Lang: Many experiencers call me (and presumably other close encounter researchers as well), and when they do, I often hear the words, “Thank God somebody finally will listen to me…” Being an experiencer has to be one of the loneliest experiences I can imagine. Many describe it as the feeling of carrying a burden of knowledge they can’t share with anyone in their normal peer group. I think in many areas, society has become more open to the reality of the phenomenon – whatever it is. The idea that someone is there really experiencing this is still very foreign to just about everyone. It is all very well to think about something happening “out there” and not affecting you. But when it happens to you, or to someone close to you, it becomes real. Then it’s much harder to accept. Also, many cultural factors such as economic status, religion and politics still reduce the openness of many areas of society to the phenomenon. So we have a long way to go.
Journal: What is the best way for an Experiencer to reach out and get help?
Lang: One way is to contact MUFON, either through the website, or by looking up the state director and/or local MUFON chapter. Get involved first, get comfortable with the people around you, and tell people your story as much as you feel comfortable doing. Also, fill out the questionnaire on the MUFON website, on UFO abduction. This brings you to the attention of the ART (Kathleen, Robert, Denise, myself, etc…) and if you want, we will contact you. The third thing an experiencer can do is let someone close to them know – but maybe just a little bit of the story at first. Figure out who you can trust, and who is open to hearing about your experiences. The more you can include people in your “adventures” the less alone you will feel. But at the same time, it is important not to do a “data dump” on people who are not open to the reality shattering nature of the phenomenon.
Journal: You wrote a book that is available on Amazon, The Cosmic Bridge – Close Encounters and Human Destiny. What is that about?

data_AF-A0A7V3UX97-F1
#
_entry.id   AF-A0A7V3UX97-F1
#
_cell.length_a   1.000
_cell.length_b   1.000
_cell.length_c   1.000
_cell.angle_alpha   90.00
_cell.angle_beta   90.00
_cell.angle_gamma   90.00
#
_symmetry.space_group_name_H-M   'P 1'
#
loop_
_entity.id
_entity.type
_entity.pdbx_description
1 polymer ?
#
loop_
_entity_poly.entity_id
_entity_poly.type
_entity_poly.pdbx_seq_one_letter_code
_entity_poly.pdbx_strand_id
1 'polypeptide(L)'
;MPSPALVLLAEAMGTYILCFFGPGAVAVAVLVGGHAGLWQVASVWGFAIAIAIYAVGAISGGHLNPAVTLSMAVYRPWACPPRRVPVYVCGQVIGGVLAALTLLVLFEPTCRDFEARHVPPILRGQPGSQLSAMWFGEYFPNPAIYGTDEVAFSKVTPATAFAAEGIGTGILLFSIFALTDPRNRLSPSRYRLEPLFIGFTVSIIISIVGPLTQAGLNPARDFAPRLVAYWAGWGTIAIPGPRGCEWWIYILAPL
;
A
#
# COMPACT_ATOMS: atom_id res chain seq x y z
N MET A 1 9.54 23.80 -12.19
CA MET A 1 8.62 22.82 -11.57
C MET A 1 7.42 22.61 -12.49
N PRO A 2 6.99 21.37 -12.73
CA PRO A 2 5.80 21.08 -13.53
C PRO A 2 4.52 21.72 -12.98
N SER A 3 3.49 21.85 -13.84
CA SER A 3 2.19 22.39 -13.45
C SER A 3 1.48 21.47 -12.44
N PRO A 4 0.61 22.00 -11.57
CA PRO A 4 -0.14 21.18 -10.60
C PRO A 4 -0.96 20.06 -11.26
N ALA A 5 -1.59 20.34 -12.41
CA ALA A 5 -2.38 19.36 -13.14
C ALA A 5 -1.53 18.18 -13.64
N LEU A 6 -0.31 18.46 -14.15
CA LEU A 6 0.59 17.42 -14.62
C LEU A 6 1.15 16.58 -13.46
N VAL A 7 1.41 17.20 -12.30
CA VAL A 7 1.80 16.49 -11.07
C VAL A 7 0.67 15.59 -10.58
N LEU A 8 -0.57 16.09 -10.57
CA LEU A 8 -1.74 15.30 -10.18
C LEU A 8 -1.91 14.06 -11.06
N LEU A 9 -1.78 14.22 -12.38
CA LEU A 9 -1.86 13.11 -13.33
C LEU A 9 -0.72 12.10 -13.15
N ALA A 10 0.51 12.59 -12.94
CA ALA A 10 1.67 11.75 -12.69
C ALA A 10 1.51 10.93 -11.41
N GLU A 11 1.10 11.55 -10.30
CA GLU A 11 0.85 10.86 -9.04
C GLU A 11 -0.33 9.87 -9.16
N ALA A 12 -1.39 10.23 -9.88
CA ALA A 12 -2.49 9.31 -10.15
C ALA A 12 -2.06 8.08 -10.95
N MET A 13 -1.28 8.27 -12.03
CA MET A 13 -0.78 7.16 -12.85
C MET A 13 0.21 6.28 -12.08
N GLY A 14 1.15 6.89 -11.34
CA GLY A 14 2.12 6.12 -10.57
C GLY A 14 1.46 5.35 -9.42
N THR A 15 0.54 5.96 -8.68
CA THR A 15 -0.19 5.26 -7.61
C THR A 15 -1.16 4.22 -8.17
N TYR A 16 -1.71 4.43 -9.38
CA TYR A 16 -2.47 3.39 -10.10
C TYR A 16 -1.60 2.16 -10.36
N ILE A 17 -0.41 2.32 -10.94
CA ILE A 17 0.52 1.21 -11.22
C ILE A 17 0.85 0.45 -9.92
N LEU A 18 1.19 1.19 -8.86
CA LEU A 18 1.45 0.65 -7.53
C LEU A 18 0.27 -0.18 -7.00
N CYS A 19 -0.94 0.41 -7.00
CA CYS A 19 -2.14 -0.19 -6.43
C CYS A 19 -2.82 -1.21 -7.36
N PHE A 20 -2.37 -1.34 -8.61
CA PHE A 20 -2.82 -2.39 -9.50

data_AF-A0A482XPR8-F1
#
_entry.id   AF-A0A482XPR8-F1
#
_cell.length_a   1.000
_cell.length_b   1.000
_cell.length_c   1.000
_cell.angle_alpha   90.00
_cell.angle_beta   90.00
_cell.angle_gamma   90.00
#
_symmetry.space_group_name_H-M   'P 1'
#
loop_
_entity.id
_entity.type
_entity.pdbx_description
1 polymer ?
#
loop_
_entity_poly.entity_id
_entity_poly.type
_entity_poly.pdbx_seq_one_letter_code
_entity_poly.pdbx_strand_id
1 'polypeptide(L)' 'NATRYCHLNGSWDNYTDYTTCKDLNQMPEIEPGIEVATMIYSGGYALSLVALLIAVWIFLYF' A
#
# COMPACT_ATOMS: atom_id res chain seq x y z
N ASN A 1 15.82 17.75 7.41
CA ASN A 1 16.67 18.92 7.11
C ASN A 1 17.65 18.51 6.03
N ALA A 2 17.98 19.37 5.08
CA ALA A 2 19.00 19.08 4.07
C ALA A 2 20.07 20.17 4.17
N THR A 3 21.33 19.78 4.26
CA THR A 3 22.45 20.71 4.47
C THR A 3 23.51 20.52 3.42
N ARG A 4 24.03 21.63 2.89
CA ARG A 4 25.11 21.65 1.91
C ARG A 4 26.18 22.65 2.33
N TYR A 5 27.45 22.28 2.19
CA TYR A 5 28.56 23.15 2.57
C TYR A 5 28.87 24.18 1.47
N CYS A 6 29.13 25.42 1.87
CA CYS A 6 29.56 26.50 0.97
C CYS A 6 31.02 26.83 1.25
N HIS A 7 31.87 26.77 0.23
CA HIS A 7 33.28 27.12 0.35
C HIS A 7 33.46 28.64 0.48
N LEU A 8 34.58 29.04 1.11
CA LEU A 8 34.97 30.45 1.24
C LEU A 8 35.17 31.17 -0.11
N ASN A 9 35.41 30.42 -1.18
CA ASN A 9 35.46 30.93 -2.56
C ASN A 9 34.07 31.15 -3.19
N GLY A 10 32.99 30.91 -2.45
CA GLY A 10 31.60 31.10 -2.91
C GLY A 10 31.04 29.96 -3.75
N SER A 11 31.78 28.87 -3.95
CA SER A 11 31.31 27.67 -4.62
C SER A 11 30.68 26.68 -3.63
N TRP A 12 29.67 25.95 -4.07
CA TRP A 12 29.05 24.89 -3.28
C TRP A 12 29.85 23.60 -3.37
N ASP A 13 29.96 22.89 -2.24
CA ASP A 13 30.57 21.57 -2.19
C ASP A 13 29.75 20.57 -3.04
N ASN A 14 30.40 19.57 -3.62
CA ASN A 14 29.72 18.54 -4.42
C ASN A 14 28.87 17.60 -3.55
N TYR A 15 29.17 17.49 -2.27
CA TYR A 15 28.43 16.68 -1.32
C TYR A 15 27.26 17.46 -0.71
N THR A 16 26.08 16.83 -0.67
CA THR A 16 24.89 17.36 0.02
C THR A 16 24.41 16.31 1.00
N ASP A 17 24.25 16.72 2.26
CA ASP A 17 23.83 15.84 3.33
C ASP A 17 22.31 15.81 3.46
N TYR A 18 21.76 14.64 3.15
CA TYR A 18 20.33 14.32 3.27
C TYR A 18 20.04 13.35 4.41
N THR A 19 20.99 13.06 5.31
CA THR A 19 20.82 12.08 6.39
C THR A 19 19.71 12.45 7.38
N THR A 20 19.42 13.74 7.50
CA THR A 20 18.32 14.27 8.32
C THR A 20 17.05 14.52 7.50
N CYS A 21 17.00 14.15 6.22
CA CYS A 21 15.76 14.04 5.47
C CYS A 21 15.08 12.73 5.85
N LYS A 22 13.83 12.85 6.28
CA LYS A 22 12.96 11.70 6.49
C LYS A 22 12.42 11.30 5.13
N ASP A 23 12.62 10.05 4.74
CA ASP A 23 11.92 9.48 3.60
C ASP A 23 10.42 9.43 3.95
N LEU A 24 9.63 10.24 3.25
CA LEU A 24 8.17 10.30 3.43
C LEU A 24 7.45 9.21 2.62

Lang: The Cosmic Bridge is about the human/visitor relationship. It is about UFO abduction in general, but more from the point of view of that relationship. It looks at the abduction experience, how people can come to terms with it, and how it changes over time. Then it looks more at the societal picture, what seems to be happening, and where it is going. I offer a hypothesis as to what might be going on, which I call the Indigo Hypothesis. I wrote an article on this in the MUFON UFO Journal many years ago. The idea is that “human improvement” (from the point of view of “Them”) may be the ultimate goal of the abduction phenomenon. Consider what humanity must look like from the point of view of a cosmic civilization. We are very good at waging war, and are probably only a few hundred years away from the capability of star travel. If I were the neighbors, I would be a little nervous about this. So I suggest that “They” are trying to somehow “civilize” us to the point that when we do venture to the stars, we won’t be carrying our nukes, phasers and photon torpedoes with us. In the family lines of many experiencers, I notice that the children in this generation (now reaching adulthood) are classic Indigo children – smart, empathic, psychic and extremely advanced. Many have alien contact of their own and it has deeply affected their outlook. So I suggest that maybe this is one of the intents of the phenomenon, to foster a generation of advanced children that will be less a threat to “Them.” Whether this is good or evil is a matter of opinion and perspective.